- Admission Test: Medical College Admission Test (MCAT). For registration and additional information, visit www.aamc.org and click on "MCAT." Be advised that a major revision of the MCAT has recently taken place, and as a result, the newly revised test will be administered starting in 2015. For details regarding the revision, please go to https://www.aamc.org/students/applying/mcat/.
- Content of the CURRENTLY ADMINISTERED Medical College Admission Test (MCAT): There are four parts to the current MCAT...
- Biological Sciences (Questions from General Biology and Organic Chemistry),
- Physical Sciences (Questions from General Chemistry and General Physics),
- Verbal Reasoning (Questions drawn from humanities, social sciences, and natural sciences. Designed to examine students' abilities to comprehend, reason, and think critically), and
- Voluntary Trial Section (included on current MCATs; test questions for future version of MCAT).
- Content of FUTURE ADMINISTRATIONS (i.e. beginning in 2015) of the Medical College Admission Test (MCAT): There will be four parts to the 2015 MCAT...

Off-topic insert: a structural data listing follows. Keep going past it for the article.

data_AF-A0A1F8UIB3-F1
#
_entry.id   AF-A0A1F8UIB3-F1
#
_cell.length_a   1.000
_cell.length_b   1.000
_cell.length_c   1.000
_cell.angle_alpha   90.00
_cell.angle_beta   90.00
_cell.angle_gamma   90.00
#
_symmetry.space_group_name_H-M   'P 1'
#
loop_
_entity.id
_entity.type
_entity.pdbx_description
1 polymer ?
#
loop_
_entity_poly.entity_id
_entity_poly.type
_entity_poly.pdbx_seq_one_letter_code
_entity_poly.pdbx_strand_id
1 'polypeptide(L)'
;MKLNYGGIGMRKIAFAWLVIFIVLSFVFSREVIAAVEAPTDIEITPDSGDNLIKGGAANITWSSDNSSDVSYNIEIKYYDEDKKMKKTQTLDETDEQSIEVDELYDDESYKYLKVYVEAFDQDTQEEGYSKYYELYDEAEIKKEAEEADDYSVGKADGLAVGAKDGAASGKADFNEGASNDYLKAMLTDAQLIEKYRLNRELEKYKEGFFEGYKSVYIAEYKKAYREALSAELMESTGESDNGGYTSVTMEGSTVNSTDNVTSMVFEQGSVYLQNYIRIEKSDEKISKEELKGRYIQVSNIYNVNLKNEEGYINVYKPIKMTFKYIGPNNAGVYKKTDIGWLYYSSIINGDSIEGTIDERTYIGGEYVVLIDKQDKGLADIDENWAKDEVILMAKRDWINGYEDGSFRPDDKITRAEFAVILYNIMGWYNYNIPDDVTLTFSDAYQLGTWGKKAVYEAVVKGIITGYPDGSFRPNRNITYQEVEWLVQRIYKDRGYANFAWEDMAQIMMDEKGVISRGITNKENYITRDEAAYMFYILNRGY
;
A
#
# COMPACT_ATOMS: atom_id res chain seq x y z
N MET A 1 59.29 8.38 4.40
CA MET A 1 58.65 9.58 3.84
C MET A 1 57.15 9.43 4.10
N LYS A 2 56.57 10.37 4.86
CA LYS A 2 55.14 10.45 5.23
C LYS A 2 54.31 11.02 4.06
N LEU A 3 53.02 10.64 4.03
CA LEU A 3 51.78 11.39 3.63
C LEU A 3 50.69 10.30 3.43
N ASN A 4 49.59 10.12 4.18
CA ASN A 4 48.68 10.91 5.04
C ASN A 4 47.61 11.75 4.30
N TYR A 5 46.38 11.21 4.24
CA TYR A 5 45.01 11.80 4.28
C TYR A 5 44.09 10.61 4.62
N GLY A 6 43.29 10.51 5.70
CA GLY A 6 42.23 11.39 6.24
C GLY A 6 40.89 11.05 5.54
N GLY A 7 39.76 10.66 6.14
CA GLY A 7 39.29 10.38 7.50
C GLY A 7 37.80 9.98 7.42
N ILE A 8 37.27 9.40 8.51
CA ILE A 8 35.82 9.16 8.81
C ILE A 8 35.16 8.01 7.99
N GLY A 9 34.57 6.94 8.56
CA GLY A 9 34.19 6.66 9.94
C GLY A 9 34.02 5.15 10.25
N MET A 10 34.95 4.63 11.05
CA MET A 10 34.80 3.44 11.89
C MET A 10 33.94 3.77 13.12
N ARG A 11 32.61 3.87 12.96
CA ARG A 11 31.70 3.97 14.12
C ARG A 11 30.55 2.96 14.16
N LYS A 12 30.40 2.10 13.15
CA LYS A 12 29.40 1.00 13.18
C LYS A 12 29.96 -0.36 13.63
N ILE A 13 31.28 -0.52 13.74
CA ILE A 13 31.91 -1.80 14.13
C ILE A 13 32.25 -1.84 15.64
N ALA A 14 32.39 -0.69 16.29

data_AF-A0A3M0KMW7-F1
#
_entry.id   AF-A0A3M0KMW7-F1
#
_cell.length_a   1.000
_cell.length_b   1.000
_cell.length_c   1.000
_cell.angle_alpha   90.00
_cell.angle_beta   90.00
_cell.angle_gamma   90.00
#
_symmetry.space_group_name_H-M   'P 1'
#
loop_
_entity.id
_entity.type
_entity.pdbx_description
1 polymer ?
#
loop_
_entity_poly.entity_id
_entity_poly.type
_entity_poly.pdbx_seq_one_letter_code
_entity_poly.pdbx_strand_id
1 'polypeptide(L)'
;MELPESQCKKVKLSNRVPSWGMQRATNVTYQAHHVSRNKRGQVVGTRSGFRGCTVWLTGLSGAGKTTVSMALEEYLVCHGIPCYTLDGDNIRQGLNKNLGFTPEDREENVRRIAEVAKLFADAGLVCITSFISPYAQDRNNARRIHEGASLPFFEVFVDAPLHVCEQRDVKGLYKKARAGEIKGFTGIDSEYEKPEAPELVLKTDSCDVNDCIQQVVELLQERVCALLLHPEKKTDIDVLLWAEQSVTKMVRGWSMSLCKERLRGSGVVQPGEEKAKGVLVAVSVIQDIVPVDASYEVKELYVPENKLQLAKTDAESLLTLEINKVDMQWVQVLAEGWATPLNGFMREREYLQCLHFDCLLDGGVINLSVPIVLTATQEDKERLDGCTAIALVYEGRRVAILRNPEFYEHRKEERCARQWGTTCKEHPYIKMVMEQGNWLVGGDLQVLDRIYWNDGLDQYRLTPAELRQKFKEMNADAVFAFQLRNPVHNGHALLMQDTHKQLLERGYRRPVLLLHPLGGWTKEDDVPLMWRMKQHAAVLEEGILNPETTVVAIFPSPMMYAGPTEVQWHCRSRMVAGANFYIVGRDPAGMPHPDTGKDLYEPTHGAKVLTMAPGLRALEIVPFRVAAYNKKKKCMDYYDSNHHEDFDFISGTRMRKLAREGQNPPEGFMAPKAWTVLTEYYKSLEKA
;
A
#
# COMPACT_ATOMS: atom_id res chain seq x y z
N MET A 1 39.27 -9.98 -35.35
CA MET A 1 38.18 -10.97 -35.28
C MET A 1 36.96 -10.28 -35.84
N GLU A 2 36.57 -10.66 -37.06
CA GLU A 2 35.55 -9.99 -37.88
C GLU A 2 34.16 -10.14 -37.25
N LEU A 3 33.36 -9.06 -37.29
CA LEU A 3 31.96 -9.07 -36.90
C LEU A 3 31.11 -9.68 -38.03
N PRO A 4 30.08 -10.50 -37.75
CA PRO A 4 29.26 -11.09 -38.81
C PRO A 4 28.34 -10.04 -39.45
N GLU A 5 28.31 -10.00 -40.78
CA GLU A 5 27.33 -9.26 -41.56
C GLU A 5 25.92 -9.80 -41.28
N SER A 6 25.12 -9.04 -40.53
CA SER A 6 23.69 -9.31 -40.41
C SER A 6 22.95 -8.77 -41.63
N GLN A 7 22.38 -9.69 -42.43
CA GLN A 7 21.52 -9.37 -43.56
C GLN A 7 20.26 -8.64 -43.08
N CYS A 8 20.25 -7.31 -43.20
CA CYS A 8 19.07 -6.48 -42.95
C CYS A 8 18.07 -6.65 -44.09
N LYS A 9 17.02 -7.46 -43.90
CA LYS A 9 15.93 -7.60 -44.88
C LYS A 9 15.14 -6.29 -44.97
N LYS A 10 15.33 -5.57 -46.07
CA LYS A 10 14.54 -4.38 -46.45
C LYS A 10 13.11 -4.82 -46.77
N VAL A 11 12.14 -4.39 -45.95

- Chemical and Physical Foundations of Biological Systems (Concepts from chemical and physical sciences as applied to biological systems),
- Critical Analysis and Reasoning Skills (Analyze, evaluate, and apply information from a wide range of social sciences and humanities),
- Biological and Biochemical Foundations of Living Systems (Concepts from biological and biochemical sciences as applied to living organisms), and
- Psychological, Social and Biological Foundations of Behavior (Concepts from psychology, sociology, biology, research methods and statistics as applied to the psychological sociocultural determinants of health).